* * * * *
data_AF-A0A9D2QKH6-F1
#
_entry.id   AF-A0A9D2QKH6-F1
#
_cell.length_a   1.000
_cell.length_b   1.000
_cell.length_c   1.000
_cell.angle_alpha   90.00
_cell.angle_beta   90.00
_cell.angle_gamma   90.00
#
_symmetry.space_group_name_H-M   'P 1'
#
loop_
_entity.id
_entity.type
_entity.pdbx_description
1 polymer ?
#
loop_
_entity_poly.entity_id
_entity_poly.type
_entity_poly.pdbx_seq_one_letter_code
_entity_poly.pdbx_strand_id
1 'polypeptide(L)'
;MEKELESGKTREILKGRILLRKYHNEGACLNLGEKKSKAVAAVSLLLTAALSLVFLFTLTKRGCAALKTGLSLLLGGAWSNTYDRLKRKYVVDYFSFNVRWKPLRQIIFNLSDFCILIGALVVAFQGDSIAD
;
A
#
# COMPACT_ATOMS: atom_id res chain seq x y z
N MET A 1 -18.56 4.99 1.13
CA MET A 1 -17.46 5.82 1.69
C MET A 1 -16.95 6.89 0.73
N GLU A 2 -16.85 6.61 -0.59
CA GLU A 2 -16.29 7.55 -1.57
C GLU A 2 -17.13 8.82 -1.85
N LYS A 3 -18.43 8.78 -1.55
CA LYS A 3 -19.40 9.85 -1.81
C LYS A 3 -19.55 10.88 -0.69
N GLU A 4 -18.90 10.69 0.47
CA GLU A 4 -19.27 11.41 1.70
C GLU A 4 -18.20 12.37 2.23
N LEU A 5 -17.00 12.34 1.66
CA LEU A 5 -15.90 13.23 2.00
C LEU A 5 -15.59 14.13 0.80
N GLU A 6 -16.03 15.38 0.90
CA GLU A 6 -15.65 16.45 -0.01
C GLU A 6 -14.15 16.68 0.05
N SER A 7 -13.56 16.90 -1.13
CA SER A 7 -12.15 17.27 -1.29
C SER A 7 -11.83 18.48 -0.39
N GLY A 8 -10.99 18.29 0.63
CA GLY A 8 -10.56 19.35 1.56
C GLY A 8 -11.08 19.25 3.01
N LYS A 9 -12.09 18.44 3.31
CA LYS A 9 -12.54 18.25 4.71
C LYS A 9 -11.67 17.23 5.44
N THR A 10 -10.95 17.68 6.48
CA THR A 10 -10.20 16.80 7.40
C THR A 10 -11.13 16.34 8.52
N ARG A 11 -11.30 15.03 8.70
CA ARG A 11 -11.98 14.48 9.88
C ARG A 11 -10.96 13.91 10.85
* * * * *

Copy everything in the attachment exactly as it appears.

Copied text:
data_AF-A0A9D2QKH6-F1
#
_entry.id   AF-A0A9D2QKH6-F1
#
_cell.length_a   1.000
_cell.length_b   1.000
_cell.length_c   1.000
_cell.angle_alpha   90.00
_cell.angle_beta   90.00
_cell.angle_gamma   90.00
#
_symmetry.space_group_name_H-M   'P 1'
#
loop_
_entity.id
_entity.type
_entity.pdbx_description
1 polymer ?
#
loop_
_entity_poly.entity_id
_entity_poly.type
_entity_poly.pdbx_seq_one_letter_code
_entity_poly.pdbx_strand_id
1 'polypeptide(L)'
;MEKELESGKTREILKGRILLRKYHNEGACLNLGEKKSKAVAAVSLLLTAALSLVFLFTLTKRGCAALKTGLSLLLGGAWSNTYDRLKRKYVVDYFSFNVRWKPLRQIIFNLSDFCILIGALVVAFQGDSIAD
;
A
#
# COMPACT_ATOMS: atom_id res chain seq x y z
N MET A 1 -18.56 4.99 1.13
CA MET A 1 -17.46 5.82 1.69
C MET A 1 -16.95 6.89 0.73
N GLU A 2 -16.85 6.61 -0.59
CA GLU A 2 -16.29 7.55 -1.57
C GLU A 2 -17.13 8.82 -1.85
N LYS A 3 -18.43 8.78 -1.55
CA LYS A 3 -19.40 9.85 -1.81
C LYS A 3 -19.55 10.88 -0.69
N GLU A 4 -18.90 10.69 0.47
CA GLU A 4 -19.27 11.41 1.70
C GLU A 4 -18.20 12.37 2.23
N LEU A 5 -17.00 12.34 1.66
CA LEU A 5 -15.90 13.23 2.00
C LEU A 5 -15.59 14.13 0.80
N GLU A 6 -16.03 15.38 0.90
CA GLU A 6 -15.65 16.45 -0.01
C GLU A 6 -14.15 16.68 0.05
N SER A 7 -13.56 16.90 -1.13
CA SER A 7 -12.15 17.27 -1.29
C SER A 7 -11.83 18.48 -0.39
N GLY A 8 -10.99 18.29 0.63
CA GLY A 8 -10.56 19.35 1.56
C GLY A 8 -11.08 19.25 3.01
N LYS A 9 -12.09 18.44 3.31
CA LYS A 9 -12.54 18.25 4.71
C LYS A 9 -11.67 17.23 5.44
N THR A 10 -10.95 17.68 6.48
CA THR A 10 -10.20 16.80 7.40
C THR A 10 -11.13 16.34 8.52
N ARG A 11 -11.30 15.03 8.70
CA ARG A 11 -11.98 14.48 9.88
C ARG A 11 -10.96 13.91 10.85